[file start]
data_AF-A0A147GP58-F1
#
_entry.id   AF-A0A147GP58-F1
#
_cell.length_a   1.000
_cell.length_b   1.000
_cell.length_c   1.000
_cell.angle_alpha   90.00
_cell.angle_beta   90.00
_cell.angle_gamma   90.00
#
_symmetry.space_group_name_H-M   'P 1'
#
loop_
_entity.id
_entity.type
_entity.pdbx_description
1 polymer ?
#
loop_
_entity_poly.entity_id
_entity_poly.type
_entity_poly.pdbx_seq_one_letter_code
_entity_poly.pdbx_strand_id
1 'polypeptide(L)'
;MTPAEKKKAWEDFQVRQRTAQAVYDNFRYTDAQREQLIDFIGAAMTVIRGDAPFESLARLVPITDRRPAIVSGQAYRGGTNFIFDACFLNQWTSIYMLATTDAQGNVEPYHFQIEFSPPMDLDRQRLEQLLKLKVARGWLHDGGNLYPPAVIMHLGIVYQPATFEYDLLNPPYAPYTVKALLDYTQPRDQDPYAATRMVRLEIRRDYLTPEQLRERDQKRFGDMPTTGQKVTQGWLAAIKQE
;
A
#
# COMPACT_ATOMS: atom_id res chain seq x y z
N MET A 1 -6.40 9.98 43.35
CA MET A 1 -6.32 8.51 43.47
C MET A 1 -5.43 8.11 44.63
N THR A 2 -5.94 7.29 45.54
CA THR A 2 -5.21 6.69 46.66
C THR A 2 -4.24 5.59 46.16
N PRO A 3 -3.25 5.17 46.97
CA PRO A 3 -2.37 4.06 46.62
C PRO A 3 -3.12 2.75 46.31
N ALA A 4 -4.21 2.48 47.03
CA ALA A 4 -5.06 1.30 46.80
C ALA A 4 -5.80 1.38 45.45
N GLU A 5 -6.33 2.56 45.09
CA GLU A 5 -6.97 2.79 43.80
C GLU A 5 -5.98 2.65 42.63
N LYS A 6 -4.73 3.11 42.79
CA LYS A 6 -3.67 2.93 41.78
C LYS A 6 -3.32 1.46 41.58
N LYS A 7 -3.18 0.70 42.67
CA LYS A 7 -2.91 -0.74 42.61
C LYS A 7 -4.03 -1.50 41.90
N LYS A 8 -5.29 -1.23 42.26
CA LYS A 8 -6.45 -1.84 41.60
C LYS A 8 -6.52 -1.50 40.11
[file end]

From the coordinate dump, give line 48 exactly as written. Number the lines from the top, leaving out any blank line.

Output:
C LYS A 6 -3.32 1.46 41.58